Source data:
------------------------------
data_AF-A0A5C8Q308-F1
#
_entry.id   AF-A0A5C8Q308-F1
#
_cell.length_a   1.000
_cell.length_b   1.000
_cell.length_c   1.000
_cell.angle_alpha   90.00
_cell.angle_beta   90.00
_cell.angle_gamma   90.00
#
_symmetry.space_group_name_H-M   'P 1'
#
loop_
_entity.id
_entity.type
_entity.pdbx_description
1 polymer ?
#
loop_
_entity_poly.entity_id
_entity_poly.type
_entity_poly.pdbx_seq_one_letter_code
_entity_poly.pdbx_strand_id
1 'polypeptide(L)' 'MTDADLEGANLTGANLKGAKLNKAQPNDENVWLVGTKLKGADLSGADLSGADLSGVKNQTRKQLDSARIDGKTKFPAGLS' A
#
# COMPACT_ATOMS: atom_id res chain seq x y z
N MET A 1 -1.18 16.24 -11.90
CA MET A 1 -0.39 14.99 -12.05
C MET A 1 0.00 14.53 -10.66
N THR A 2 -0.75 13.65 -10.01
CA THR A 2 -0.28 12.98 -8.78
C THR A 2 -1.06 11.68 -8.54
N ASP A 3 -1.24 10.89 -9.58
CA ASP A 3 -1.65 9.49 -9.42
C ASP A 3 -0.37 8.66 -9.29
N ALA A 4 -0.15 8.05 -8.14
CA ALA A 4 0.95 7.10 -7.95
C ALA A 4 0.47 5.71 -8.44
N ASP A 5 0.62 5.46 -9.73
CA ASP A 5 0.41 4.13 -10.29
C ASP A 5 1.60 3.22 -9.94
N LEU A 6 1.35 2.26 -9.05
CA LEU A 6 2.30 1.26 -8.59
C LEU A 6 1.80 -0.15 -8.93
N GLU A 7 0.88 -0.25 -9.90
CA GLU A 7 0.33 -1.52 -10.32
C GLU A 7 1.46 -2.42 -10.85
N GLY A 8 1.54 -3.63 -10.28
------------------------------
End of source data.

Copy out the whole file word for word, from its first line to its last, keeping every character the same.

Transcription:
data_AF-A0A5C8Q308-F1
#
_entry.id   AF-A0A5C8Q308-F1
#
_cell.length_a   1.000
_cell.length_b   1.000
_cell.length_c   1.000
_cell.angle_alpha   90.00
_cell.angle_beta   90.00
_cell.angle_gamma   90.00
#
_symmetry.space_group_name_H-M   'P 1'
#
loop_
_entity.id
_entity.type
_entity.pdbx_description
1 polymer ?
#
loop_
_entity_poly.entity_id
_entity_poly.type
_entity_poly.pdbx_seq_one_letter_code
_entity_poly.pdbx_strand_id
1 'polypeptide(L)' 'MTDADLEGANLTGANLKGAKLNKAQPNDENVWLVGTKLKGADLSGADLSGADLSGVKNQTRKQLDSARIDGKTKFPAGLS' A
#
# COMPACT_ATOMS: atom_id res chain seq x y z
N MET A 1 -1.18 16.24 -11.90
CA MET A 1 -0.39 14.99 -12.05
C MET A 1 0.00 14.53 -10.66
N THR A 2 -0.75 13.65 -10.01
CA THR A 2 -0.28 12.98 -8.78
C THR A 2 -1.06 11.68 -8.54
N ASP A 3 -1.24 10.89 -9.58
CA ASP A 3 -1.65 9.49 -9.42
C ASP A 3 -0.37 8.66 -9.29
N ALA A 4 -0.15 8.05 -8.14
CA ALA A 4 0.95 7.10 -7.95
C ALA A 4 0.47 5.71 -8.44
N ASP A 5 0.62 5.46 -9.73
CA ASP A 5 0.41 4.13 -10.29
C ASP A 5 1.60 3.22 -9.94
N LEU A 6 1.35 2.26 -9.05
CA LEU A 6 2.30 1.26 -8.59
C LEU A 6 1.80 -0.15 -8.93
N GLU A 7 0.88 -0.25 -9.90
CA GLU A 7 0.33 -1.52 -10.32
C GLU A 7 1.46 -2.42 -10.85
N GLY A 8 1.54 -3.63 -10.28